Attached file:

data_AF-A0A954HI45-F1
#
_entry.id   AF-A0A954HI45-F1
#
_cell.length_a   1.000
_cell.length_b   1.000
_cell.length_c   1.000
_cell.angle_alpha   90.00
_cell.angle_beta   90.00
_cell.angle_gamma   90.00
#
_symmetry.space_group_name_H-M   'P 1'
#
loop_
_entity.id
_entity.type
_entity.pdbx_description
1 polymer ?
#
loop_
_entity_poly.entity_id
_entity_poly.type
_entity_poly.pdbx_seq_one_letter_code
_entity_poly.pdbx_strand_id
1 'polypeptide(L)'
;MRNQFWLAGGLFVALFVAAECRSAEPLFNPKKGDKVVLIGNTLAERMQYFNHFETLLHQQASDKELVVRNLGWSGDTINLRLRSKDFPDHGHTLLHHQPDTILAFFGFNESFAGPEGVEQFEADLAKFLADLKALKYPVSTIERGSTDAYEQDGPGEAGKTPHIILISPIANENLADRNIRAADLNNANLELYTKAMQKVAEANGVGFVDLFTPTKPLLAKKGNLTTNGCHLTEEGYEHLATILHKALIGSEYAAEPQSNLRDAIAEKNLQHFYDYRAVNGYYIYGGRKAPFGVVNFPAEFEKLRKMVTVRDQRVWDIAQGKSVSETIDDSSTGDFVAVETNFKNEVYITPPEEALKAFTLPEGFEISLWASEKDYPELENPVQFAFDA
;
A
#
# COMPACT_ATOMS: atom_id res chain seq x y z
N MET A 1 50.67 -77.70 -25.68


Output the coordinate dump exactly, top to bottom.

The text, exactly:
data_AF-A0A954HI45-F1
#
_entry.id   AF-A0A954HI45-F1
#
_cell.length_a   1.000
_cell.length_b   1.000
_cell.length_c   1.000
_cell.angle_alpha   90.00
_cell.angle_beta   90.00
_cell.angle_gamma   90.00
#
_symmetry.space_group_name_H-M   'P 1'
#
loop_
_entity.id
_entity.type
_entity.pdbx_description
1 polymer ?
#
loop_
_entity_poly.entity_id
_entity_poly.type
_entity_poly.pdbx_seq_one_letter_code
_entity_poly.pdbx_strand_id
1 'polypeptide(L)'
;MRNQFWLAGGLFVALFVAAECRSAEPLFNPKKGDKVVLIGNTLAERMQYFNHFETLLHQQASDKELVVRNLGWSGDTINLRLRSKDFPDHGHTLLHHQPDTILAFFGFNESFAGPEGVEQFEADLAKFLADLKALKYPVSTIERGSTDAYEQDGPGEAGKTPHIILISPIANENLADRNIRAADLNNANLELYTKAMQKVAEANGVGFVDLFTPTKPLLAKKGNLTTNGCHLTEEGYEHLATILHKALIGSEYAAEPQSNLRDAIAEKNLQHFYDYRAVNGYYIYGGRKAPFGVVNFPAEFEKLRKMVTVRDQRVWDIAQGKSVSETIDDSSTGDFVAVETNFKNEVYITPPEEALKAFTLPEGFEISLWASEKDYPELENPVQFAFDA
;
A
#
# COMPACT_ATOMS: atom_id res chain seq x y z
N MET A 1 50.67 -77.70 -25.68